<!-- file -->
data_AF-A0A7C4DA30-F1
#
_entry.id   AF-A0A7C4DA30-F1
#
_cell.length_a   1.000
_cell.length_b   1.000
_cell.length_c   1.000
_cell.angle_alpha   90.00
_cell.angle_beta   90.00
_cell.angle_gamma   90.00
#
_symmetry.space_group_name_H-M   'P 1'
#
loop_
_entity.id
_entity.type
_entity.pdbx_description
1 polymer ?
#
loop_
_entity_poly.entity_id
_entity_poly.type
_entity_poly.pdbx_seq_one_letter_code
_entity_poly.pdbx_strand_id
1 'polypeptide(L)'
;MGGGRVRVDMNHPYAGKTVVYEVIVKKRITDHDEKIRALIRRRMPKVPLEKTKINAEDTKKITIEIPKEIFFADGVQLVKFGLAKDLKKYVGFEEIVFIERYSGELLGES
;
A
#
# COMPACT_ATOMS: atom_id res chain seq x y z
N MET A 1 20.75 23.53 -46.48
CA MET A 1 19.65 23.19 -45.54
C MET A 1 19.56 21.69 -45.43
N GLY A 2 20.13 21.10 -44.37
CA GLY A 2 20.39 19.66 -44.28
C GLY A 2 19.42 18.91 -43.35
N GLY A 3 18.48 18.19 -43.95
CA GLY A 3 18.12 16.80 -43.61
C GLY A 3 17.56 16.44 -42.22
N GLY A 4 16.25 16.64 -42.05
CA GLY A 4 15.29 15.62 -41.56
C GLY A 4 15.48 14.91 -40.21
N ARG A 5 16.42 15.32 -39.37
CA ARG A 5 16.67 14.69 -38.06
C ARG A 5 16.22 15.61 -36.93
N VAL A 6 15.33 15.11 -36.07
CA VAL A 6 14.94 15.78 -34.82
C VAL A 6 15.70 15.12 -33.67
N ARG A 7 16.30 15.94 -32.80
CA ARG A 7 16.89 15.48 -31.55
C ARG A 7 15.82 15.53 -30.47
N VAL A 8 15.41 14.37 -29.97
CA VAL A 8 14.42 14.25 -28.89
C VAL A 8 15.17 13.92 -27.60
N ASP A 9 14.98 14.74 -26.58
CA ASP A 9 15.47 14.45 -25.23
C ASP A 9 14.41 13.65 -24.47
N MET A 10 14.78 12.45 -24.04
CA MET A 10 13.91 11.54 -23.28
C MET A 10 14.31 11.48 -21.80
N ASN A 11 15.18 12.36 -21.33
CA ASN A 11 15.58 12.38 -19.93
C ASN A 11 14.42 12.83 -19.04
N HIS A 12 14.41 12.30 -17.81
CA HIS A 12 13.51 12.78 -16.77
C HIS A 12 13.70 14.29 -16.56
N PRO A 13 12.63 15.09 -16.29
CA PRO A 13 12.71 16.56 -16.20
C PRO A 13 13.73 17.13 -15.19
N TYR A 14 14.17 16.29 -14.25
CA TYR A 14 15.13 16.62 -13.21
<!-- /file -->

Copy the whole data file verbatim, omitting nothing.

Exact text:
data_AF-A0A7C4DA30-F1
#
_entry.id   AF-A0A7C4DA30-F1
#
_cell.length_a   1.000
_cell.length_b   1.000
_cell.length_c   1.000
_cell.angle_alpha   90.00
_cell.angle_beta   90.00
_cell.angle_gamma   90.00
#
_symmetry.space_group_name_H-M   'P 1'
#
loop_
_entity.id
_entity.type
_entity.pdbx_description
1 polymer ?
#
loop_
_entity_poly.entity_id
_entity_poly.type
_entity_poly.pdbx_seq_one_letter_code
_entity_poly.pdbx_strand_id
1 'polypeptide(L)'
;MGGGRVRVDMNHPYAGKTVVYEVIVKKRITDHDEKIRALIRRRMPKVPLEKTKINAEDTKKITIEIPKEIFFADGVQLVKFGLAKDLKKYVGFEEIVFIERYSGELLGES
;
A
#
# COMPACT_ATOMS: atom_id res chain seq x y z
N MET A 1 20.75 23.53 -46.48
CA MET A 1 19.65 23.19 -45.54
C MET A 1 19.56 21.69 -45.43
N GLY A 2 20.13 21.10 -44.37
CA GLY A 2 20.39 19.66 -44.28
C GLY A 2 19.42 18.91 -43.35
N GLY A 3 18.48 18.19 -43.95
CA GLY A 3 18.12 16.80 -43.61
C GLY A 3 17.56 16.44 -42.22
N GLY A 4 16.25 16.64 -42.05
CA GLY A 4 15.29 15.62 -41.56
C GLY A 4 15.48 14.91 -40.21
N ARG A 5 16.42 15.32 -39.37
CA ARG A 5 16.67 14.69 -38.06
C ARG A 5 16.22 15.61 -36.93
N VAL A 6 15.33 15.11 -36.07
CA VAL A 6 14.94 15.78 -34.82
C VAL A 6 15.70 15.12 -33.67
N ARG A 7 16.30 15.94 -32.80
CA ARG A 7 16.89 15.48 -31.55
C ARG A 7 15.82 15.53 -30.47
N VAL A 8 15.41 14.37 -29.97
CA VAL A 8 14.42 14.25 -28.89
C VAL A 8 15.17 13.92 -27.60
N ASP A 9 14.98 14.74 -26.58
CA ASP A 9 15.47 14.45 -25.23
C ASP A 9 14.41 13.65 -24.47
N MET A 10 14.78 12.45 -24.04
CA MET A 10 13.91 11.54 -23.28
C MET A 10 14.31 11.48 -21.80
N ASN A 11 15.18 12.36 -21.33
CA ASN A 11 15.58 12.38 -19.93
C ASN A 11 14.42 12.83 -19.04
N HIS A 12 14.41 12.30 -17.81
CA HIS A 12 13.51 12.78 -16.77
C HIS A 12 13.70 14.29 -16.56
N PRO A 13 12.63 15.09 -16.29
CA PRO A 13 12.71 16.56 -16.20
C PRO A 13 13.73 17.13 -15.19
N TYR A 14 14.17 16.29 -14.25
CA TYR A 14 15.13 16.62 -13.21